Nemesis by Misha Glenny
This factual story caught me by surprize as I didn’t expect it to be quite as good as it was.
Antonio Francisco Bonfirm Lopes was born into poverty and hardship in Rio de Janeiro. Events conspired to drive him into the world of organised crime where he quickly rose to become Don of the largest favela, or slum, in the city. He was known to all simply as Nem.
Nemesis is based upon meticulous research conducted by the author, as well as a number of in-depth interviews secured with Nem, who today resides in the Federal prison facility of Campo Grandes.
Glenny presents, to the reader, a clear assessment of a complex man who began life as a relatively innocent person, in gainful employment, only to find himself forced into the ubiquitous gang culture that rules the almost 1000 favelas of Rio. He provides not only details on Nem’s entire life, but also gives us a history of settlement in Rio, as well as an explanation for the gang culture and the introduction of hard drugs in the 1980’s.
What emerges from this presentation is an absolutely fascination insight into a side of Rio that is usually off-limits to all but the most observant and informed of the favela-dwellers.
Nem worked initially as a team-leader in the distribution of a T.V. listings magazine. A low paid job, but one that covered his bills and allowed himself and his wife to provide for their baby. But tragedy struck the young family when his daughter was diagnosed with a terrible illness. Nem and his wife were unable to pay all the growing medical bills or get the necessary quality care that the baby required for survival, and so Nem felt he had no option but to borrow money from the Don – at that time, Luciano Barbosa da Silva (Brazilians have great names) – known to everyone as Lulu. Such an arrangement meant that Nem had little choice but to work for Lulu in his various criminal enterprizes. So began Nem’s steady immersion into the world of serous crime.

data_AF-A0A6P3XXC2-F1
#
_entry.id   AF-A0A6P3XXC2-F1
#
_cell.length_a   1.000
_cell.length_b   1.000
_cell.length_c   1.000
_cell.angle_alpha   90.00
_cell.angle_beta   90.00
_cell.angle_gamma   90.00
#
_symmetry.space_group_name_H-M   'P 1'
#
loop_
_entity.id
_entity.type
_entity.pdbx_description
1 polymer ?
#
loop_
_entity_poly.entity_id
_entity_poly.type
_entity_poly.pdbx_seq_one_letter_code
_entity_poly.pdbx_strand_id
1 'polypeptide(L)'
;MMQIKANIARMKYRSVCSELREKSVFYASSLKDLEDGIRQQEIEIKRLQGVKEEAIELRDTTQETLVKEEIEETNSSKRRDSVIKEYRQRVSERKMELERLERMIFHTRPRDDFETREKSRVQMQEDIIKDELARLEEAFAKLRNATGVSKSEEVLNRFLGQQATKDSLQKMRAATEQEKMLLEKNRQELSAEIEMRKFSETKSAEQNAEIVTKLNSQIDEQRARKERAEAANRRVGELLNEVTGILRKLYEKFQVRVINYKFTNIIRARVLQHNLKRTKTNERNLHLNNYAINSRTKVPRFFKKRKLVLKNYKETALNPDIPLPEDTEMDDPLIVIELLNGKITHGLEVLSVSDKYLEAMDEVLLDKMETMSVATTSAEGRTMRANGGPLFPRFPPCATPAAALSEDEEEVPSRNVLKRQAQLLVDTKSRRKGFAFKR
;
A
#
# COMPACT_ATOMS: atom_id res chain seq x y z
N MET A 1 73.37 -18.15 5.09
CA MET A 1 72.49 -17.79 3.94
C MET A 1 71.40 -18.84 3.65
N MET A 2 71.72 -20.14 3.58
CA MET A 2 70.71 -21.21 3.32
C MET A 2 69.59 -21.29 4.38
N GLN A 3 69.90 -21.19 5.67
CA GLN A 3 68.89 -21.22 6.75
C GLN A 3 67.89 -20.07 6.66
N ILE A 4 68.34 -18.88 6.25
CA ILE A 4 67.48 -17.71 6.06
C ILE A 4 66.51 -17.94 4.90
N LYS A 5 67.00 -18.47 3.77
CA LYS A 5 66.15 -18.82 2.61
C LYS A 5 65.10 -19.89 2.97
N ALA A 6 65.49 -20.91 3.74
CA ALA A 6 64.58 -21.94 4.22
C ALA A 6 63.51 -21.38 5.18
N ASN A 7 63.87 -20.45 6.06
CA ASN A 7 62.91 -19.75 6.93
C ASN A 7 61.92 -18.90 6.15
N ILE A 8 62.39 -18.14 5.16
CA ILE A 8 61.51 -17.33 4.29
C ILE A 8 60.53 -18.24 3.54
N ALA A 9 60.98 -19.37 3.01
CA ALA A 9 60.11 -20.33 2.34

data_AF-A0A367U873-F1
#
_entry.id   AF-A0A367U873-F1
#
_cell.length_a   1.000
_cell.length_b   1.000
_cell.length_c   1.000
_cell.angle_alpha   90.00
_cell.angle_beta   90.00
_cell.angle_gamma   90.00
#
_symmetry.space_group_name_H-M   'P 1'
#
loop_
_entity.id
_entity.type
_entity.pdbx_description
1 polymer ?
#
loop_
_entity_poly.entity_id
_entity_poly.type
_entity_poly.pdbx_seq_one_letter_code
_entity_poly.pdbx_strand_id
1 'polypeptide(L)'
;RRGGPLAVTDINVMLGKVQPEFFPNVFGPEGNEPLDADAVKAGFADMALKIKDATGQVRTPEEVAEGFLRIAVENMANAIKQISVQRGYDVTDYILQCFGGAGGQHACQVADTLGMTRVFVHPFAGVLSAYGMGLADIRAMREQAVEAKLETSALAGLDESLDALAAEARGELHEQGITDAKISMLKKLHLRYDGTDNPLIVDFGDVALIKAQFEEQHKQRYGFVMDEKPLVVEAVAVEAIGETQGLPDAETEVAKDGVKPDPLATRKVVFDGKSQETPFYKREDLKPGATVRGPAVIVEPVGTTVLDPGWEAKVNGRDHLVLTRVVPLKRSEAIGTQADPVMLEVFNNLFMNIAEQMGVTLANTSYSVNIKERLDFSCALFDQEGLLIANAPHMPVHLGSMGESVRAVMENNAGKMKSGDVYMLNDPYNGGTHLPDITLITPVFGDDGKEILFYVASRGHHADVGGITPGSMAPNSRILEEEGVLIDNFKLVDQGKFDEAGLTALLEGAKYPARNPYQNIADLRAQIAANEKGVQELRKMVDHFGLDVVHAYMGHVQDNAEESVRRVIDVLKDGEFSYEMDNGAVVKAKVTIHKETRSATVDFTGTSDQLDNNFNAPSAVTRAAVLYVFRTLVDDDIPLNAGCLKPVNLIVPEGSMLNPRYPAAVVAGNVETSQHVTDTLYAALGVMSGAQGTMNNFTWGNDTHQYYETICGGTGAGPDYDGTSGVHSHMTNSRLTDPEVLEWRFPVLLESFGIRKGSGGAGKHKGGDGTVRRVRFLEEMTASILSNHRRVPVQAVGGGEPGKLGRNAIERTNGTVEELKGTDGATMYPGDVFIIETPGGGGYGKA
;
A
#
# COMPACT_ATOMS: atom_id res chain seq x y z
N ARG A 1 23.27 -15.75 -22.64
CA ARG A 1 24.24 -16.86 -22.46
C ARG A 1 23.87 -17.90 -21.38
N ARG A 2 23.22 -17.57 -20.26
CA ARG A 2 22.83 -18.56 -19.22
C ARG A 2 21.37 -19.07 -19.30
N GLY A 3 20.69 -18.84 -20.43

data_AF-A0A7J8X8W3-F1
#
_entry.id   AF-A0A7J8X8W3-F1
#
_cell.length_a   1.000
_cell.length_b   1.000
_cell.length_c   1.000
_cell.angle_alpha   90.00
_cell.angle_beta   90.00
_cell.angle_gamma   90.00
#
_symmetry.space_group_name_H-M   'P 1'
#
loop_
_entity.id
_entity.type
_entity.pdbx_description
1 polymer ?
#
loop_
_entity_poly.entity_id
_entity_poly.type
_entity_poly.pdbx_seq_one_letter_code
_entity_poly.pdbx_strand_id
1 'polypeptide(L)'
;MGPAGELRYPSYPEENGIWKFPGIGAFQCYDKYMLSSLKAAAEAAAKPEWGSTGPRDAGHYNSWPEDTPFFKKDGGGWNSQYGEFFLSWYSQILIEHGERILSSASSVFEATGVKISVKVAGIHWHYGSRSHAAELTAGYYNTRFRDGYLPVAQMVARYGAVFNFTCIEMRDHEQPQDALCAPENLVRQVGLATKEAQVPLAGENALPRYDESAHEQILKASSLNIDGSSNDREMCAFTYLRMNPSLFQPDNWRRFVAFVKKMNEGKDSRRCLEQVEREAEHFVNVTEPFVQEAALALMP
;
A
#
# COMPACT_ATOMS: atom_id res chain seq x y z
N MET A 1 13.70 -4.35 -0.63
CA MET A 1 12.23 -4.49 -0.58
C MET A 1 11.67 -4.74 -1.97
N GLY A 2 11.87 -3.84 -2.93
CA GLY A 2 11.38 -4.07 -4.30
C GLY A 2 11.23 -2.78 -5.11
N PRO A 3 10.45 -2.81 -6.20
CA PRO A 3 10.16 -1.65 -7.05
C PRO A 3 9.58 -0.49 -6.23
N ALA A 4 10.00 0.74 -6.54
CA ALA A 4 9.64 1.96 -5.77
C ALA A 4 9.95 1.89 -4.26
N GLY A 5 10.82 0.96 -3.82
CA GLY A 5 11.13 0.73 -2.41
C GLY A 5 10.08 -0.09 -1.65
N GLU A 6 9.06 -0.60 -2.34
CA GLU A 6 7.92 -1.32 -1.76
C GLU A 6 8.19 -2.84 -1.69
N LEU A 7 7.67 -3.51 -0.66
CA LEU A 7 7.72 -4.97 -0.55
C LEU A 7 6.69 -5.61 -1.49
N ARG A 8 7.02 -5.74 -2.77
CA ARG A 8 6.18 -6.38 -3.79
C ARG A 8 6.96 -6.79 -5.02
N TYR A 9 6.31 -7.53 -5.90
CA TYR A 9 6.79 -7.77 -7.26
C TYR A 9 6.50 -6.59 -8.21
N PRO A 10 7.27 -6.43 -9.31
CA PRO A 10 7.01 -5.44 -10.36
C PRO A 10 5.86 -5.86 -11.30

What followed is a truly remarkable tale of murder, mayhem and intrigue. We have Colombians, communist fighters and organisations, corrupt cops, conscientious cops, corrupt politicians, more corrupt cops and even more corrupt politicians. And beautiful women.
Throw in a FIFA World Cup Finals and the Olympics, as well as the ever present rivalries between the favelas, and the infighting and scheming within individual favelas, and you have some idea of what Nemesis is all about. I found the information regarding the history and structures of Rochina, Rio’s largest favela and the homeplace of Nem, to be of particular interest.
(Rochina – Rio’s largest favela with a population of almost 100,000)
Tourist Boards should make this obligatory reading for anyone intent on visiting Brazil. I learned more from this small volume than from everything else that I have ever read on Brazil, combined (granted, I have read very little on Brazil).
So for those of you who might be interested in visiting this Marvelous City (Cidade Maravilhosa), I would strongly recommend that you pick up this book and embrace the details inside that few other tomes will provide. It will even tell you of a nightclub that, for the party animals among you, is not to be missed. What more do you want?
Sult scale rating: 7 out of 10. Been to Brazil? Going to Brazil? Interested in Brazil? Then this is the book for you.